The Nikon F3 is a tank. If you need to buy a camera that will double as a bludgeon, the Nikon F3 is for you. This camera was a professional photographer’s go-to camera for nearly a decade, and is built to take an enormous amount of abuse while lasting an eternity on little more than a watch battery.
Today you can get the Nikon F3 for cheap, and because it was built so tough, it’ll probably work just fine even if the outside is scratched and worn from use.
There are several different slight variants of the camera, the most common being one with a larger eyepiece. I personally have the original version, but the HP version is even nicer if you can get your hands on one.
The Nikon F3 marked a big change for Nikon. It heralded in aperture-priority auto exposure and featured one of the first primitive digital interfaces in the form of a small shutter speed readout. It also paved the way for the revolutionary Nikon F4, which was the first widespread Nikon autofocus camera. Because of this, the F3 features a lot of the best of both the electronic and mechanical worlds.
Despite being one of the earliest aperture priority auto exposure models, it actually works extremely well. The mechanism is simple enough that once you get a feel for it, you can predict exactly how it’s going to work. If you’re looking a bright scene (like a snow-covered landscape) you know that the camera will likely underexpose. It’s a spot meter that exposes for the center of frame, and you can adjust exposure compensation accordingly.
If you want to shoot manually, the camera will helpfully let you know if you’re overexposing or underexposing with a plus or minus in the viewfinder. Generally, I just set the camera to ‘A’ and forget it, but it’s great having the option to go full manual when you need to.
Build Quality and Ergonomics
The biggest problem with this camera is that there is no way to tell if there is a roll of film inside except by opening it and looking (which isn’t an option because it blows out any film inside). You’re supposed to tear off a piece of cardboard from the package the roll came in and put it in the slot in the back, but obviously that is not a foolproof solution, especially if you’re as forgetful as me. There’s also no way to tell what ISO the film inside is if you forget what you put in. It’s not ideal, and I actually blew an entire setup on a professional shoot with this camera when I shot it without any film rolling around inside. If you’re careful, you’ll be fine, but you better be careful.
Otherwise, everything works great. Loading and advancing film has a bit of a learning curve for youngsters. It occasionally throws me off a bit that the film is loaded in differently than a newer film camera like the Nikon F100. You have to wind the film manually, which can take a few tries the first time.
The Nikon F3 is not compatible with modern aperture ring-less lenses (usually denoted as ‘G’ lenses), and autofocus obviously won’t work on lenses that have it. Ken Rockwell has a fantastic breakdown on what does and doesn’t work with this camera, which I won’t repeat here.
Manual focus is surprisingly easy with this camera. Unlike modern SLR and DSLR viewfinders that we’ve grown used to, focusing isn’t a guessing game guided only by a confirmation LED. There is a prism in the middle, and if you line up an object in it, it’s in focus. Once you get the hang of it, it’s quick and fun.
This thing lasts an eternity on a minuscule battery. I honestly don’t know how long it actually lasts because I’ve only gone through two over the course of five years. If you have spare with you, you’re good to go for at least a year of heavy shooting.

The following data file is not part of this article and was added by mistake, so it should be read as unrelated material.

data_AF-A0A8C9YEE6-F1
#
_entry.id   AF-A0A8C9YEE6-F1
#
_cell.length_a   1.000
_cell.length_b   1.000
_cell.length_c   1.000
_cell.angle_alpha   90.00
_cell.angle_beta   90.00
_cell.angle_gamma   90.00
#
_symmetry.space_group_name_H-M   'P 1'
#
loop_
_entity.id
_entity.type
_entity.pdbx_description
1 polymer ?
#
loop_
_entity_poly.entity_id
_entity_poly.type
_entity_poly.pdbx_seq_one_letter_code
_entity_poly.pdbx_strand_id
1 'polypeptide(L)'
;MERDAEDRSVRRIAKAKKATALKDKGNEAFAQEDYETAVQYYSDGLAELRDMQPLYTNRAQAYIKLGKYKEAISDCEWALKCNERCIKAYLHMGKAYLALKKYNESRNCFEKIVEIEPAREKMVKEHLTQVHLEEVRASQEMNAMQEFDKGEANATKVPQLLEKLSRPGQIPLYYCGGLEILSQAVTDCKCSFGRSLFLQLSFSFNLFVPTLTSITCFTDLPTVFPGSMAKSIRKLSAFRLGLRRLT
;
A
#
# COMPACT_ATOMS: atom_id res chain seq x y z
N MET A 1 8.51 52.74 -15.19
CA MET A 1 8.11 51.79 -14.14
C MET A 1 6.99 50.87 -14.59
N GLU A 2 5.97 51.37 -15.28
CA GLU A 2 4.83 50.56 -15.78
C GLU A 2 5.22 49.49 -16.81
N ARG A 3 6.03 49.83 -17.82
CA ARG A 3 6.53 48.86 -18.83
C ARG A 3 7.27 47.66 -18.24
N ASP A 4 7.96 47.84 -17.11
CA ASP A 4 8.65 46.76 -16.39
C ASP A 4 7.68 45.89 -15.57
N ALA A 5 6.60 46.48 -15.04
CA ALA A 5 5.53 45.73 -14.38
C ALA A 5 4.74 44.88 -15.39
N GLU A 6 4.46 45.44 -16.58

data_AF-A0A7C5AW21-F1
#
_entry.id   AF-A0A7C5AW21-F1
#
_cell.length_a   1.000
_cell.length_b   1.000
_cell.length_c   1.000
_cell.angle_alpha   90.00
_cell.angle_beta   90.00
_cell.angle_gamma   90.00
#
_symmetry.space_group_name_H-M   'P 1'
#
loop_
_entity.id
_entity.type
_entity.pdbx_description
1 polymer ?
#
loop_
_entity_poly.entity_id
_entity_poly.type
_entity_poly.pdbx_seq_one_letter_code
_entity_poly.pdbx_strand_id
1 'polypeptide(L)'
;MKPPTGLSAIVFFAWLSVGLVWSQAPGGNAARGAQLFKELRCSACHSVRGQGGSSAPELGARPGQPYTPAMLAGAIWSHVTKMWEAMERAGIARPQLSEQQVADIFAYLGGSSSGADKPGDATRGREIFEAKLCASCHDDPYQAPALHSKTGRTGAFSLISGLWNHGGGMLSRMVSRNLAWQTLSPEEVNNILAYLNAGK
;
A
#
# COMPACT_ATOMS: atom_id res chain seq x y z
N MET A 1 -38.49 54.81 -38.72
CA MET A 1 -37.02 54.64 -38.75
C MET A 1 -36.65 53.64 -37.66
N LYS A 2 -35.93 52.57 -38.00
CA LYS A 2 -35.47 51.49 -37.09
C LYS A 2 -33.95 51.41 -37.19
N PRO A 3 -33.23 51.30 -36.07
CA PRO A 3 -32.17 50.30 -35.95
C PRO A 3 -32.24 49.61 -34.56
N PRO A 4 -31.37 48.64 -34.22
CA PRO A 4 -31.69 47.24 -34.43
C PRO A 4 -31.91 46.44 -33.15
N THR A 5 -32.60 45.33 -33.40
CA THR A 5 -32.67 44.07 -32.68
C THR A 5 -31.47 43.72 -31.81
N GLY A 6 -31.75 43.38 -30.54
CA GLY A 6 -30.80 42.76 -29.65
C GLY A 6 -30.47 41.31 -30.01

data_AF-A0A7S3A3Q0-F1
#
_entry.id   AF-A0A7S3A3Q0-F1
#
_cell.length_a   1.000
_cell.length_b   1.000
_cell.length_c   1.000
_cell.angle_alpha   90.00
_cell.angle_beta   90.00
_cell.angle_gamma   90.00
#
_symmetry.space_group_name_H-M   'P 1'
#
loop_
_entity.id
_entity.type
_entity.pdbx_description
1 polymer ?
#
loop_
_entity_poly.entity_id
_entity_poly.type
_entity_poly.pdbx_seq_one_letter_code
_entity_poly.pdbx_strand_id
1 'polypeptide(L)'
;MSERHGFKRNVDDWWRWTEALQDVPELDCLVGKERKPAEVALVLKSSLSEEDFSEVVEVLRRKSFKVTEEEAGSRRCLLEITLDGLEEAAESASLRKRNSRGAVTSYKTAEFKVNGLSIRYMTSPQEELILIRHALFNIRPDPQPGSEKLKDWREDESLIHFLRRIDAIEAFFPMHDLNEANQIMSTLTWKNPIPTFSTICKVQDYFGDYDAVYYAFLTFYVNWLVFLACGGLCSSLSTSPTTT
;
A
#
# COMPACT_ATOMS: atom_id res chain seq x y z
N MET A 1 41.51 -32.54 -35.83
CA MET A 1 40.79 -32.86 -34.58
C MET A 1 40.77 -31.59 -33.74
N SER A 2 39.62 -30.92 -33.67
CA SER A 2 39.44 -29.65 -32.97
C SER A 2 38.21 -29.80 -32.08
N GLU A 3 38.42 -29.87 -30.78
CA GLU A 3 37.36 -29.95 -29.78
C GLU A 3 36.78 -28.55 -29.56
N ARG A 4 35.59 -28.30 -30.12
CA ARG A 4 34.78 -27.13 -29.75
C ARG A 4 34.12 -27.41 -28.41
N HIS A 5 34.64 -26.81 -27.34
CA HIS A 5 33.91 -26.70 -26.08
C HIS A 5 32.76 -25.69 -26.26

The main reason the battery lasts so long is that it does so little. Cameras at this time were still largely mechanical objects free from the constraints of electricity, and the Nikon F3 is more like those cameras than the small supercomputers of today. Loading the film and advancing is still done manually, and there isn’t even autofocus.
So who is this camera for? There are lighter versions of this camera out there that also last ages on a small battery and meter. If you want a companion to your Nikon DSLR, the F3 won’t necessarily play nice with the same lenses. No, this is the camera for those who want to really feel the film experience. Like the powerhouse F5, this is a f*&^*&g film camera, and it makes no apologies for it. The solid metal brick construction, the hard slap of the shutter – this is as rugged as it gets. When I’m heading out into a snowstorm to shoot, I don’t grab the delicate F100. I grab the F3.
There are other cameras out there that are even older than the F3 and even tougher, but they don’t always have autoexposure or meters built into them. Personally, I don’t want to use a separate light meter if I can help it (although iPhones make great light meters), so the F3 is about as old as I’ll go on Nikon SLRs on typical shoots.
One of my favorite lenses to use with this camera is the Nikon E-Series 100mm lens, but any manual focus will work great. If you want a general purpose zoom, the 28-85mm AF Nikkor 3.5-4.5 works well even with manual focus and beats the hell out of the ancient pump zooms that were contemporary to the F3. If you want the genuine manual experience, nothing beats Nikon’s old manual focus lenses, many of which can be picked up used for cheap.
For most shoots, I prefer my Nikon F100, which is a far more modern design. However, I always enjoy taking out my F3, especially if I’m going to be out on long trips places where I’m not going to have access to batteries or chargers. It’s the first Nikon film camera I purchased when I started shooting film, and I still revisit it time to time when I want to remember what it feels like using a camera that would (and has) survived anything.